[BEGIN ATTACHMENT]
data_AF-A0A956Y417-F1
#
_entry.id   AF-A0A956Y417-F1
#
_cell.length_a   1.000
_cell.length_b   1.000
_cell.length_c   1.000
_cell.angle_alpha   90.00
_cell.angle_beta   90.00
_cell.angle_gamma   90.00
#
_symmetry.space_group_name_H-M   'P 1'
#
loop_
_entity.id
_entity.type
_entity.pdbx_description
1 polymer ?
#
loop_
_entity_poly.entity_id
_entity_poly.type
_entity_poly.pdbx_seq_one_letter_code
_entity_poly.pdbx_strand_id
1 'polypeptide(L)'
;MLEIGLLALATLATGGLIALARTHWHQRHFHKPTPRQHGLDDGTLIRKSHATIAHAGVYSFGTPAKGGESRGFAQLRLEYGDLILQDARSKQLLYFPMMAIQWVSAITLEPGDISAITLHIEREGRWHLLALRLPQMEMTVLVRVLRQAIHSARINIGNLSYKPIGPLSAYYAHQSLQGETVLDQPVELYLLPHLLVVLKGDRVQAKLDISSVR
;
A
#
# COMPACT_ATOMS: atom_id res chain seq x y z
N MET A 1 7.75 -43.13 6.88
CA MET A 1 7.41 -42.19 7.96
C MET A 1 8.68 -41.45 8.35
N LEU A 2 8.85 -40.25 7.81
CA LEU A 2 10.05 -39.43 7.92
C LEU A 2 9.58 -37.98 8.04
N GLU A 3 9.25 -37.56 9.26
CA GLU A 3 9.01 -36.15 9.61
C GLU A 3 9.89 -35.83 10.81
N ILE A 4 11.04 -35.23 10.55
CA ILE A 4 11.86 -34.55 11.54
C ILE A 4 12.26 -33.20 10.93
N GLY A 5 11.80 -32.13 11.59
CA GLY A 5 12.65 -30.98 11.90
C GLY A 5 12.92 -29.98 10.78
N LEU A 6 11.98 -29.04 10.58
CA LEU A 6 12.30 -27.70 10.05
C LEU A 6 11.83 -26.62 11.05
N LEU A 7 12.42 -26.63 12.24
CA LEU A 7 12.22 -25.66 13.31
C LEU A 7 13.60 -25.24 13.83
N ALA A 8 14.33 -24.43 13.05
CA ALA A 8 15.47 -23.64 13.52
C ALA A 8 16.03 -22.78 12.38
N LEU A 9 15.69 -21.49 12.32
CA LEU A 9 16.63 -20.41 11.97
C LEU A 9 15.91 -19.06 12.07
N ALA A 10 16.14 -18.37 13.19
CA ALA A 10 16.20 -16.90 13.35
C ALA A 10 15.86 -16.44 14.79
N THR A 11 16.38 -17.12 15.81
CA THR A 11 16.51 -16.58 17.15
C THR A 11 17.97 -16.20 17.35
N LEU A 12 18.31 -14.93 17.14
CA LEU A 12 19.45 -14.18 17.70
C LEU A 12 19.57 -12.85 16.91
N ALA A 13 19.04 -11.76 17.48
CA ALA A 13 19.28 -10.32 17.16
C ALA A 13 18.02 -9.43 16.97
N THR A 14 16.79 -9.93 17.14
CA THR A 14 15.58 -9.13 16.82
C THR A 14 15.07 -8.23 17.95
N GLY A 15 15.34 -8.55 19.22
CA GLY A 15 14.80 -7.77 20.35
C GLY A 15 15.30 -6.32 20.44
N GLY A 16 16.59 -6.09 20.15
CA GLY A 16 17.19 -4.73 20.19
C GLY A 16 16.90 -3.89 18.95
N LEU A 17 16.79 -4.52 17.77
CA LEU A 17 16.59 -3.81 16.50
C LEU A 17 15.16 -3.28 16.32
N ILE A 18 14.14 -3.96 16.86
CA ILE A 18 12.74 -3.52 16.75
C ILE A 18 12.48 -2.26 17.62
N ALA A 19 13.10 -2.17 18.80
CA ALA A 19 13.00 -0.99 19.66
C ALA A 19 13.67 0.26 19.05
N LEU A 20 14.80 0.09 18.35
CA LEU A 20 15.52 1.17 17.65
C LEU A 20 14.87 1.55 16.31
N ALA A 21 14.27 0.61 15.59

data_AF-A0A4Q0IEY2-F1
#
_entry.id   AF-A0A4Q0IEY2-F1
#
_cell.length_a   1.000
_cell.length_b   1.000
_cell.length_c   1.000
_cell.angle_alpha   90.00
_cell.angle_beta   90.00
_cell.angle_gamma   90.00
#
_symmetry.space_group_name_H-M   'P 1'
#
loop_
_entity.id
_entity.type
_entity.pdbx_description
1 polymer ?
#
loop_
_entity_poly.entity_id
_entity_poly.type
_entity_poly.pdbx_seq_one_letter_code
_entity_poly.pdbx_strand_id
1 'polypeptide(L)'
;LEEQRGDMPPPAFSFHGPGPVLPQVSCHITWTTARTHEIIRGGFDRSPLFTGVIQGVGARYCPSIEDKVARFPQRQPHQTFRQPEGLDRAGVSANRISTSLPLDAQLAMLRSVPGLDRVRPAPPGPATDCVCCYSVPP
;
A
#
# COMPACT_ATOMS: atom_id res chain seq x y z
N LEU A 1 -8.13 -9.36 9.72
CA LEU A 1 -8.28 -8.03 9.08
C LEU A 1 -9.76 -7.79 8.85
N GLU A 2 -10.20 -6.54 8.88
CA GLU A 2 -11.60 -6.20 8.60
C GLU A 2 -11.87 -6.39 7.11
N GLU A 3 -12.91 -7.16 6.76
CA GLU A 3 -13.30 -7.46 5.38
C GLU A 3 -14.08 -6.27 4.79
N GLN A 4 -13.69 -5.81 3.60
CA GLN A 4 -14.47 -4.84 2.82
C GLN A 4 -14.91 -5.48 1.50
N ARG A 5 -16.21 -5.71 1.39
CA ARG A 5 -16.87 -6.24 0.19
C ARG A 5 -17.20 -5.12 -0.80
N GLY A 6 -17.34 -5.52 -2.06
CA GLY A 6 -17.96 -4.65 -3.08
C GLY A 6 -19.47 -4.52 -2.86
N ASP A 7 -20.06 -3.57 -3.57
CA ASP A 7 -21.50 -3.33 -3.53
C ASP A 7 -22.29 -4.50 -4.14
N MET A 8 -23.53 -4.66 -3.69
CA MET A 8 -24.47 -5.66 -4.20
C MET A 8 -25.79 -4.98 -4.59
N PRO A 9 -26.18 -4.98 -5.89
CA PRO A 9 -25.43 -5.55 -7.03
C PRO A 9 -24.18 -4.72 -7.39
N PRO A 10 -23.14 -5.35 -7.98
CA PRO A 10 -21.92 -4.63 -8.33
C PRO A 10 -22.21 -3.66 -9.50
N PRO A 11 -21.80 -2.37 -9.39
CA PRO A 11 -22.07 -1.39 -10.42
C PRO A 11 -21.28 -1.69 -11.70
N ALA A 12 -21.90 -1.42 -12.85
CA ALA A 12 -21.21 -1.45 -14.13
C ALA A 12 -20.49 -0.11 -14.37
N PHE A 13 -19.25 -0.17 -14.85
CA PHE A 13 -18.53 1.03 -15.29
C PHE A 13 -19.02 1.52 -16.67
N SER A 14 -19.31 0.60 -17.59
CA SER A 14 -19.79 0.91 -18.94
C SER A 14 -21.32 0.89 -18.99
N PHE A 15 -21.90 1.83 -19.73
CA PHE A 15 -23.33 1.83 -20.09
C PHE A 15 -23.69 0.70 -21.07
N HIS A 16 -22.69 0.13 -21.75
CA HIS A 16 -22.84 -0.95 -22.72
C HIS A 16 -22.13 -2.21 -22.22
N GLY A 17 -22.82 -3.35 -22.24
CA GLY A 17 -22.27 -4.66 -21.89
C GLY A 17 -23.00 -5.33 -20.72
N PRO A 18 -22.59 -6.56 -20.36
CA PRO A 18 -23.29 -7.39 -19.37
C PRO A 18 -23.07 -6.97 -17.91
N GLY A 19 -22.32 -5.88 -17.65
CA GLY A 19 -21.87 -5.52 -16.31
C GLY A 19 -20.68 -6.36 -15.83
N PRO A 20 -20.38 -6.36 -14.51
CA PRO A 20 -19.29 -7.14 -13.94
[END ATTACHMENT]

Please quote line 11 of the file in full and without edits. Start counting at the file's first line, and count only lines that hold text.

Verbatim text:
#